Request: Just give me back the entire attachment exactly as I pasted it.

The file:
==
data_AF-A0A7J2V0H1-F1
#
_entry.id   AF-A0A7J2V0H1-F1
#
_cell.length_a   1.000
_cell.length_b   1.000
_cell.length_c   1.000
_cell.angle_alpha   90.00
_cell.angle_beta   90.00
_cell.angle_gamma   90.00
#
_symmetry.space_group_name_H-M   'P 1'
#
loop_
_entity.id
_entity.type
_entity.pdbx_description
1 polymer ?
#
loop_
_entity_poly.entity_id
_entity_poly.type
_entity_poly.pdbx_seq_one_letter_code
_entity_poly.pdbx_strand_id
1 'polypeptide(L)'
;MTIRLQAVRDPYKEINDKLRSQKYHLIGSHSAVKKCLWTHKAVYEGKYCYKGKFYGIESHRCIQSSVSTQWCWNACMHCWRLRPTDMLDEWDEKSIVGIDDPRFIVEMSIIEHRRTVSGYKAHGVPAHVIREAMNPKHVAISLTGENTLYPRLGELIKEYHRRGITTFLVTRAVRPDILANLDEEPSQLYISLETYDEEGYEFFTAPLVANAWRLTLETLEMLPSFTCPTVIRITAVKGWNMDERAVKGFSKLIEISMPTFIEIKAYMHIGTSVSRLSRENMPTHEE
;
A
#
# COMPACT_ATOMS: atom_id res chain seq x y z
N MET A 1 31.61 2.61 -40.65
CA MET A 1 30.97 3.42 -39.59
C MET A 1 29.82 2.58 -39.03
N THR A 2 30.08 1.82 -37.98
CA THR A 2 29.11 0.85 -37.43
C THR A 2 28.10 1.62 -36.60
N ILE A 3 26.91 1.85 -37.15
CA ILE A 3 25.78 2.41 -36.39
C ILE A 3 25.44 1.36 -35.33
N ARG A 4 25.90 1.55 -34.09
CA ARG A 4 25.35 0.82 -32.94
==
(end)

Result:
data_AF-A0A7J2V0H1-F1
#
_entry.id   AF-A0A7J2V0H1-F1
#
_cell.length_a   1.000
_cell.length_b   1.000
_cell.length_c   1.000
_cell.angle_alpha   90.00
_cell.angle_beta   90.00
_cell.angle_gamma   90.00
#
_symmetry.space_group_name_H-M   'P 1'
#
loop_
_entity.id
_entity.type
_entity.pdbx_description
1 polymer ?
#
loop_
_entity_poly.entity_id
_entity_poly.type
_entity_poly.pdbx_seq_one_letter_code
_entity_poly.pdbx_strand_id
1 'polypeptide(L)'
;MTIRLQAVRDPYKEINDKLRSQKYHLIGSHSAVKKCLWTHKAVYEGKYCYKGKFYGIESHRCIQSSVSTQWCWNACMHCWRLRPTDMLDEWDEKSIVGIDDPRFIVEMSIIEHRRTVSGYKAHGVPAHVIREAMNPKHVAISLTGENTLYPRLGELIKEYHRRGITTFLVTRAVRPDILANLDEEPSQLYISLETYDEEGYEFFTAPLVANAWRLTLETLEMLPSFTCPTVIRITAVKGWNMDERAVKGFSKLIEISMPTFIEIKAYMHIGTSVSRLSRENMPTHEE
;
A
#
# COMPACT_ATOMS: atom_id res chain seq x y z
N MET A 1 31.61 2.61 -40.65
CA MET A 1 30.97 3.42 -39.59
C MET A 1 29.82 2.58 -39.03
N THR A 2 30.08 1.82 -37.98
CA THR A 2 29.11 0.85 -37.43
C THR A 2 28.10 1.62 -36.60
N ILE A 3 26.91 1.85 -37.15
CA ILE A 3 25.78 2.41 -36.39
C ILE A 3 25.44 1.36 -35.33
N ARG A 4 25.90 1.55 -34.09
CA ARG A 4 25.35 0.82 -32.94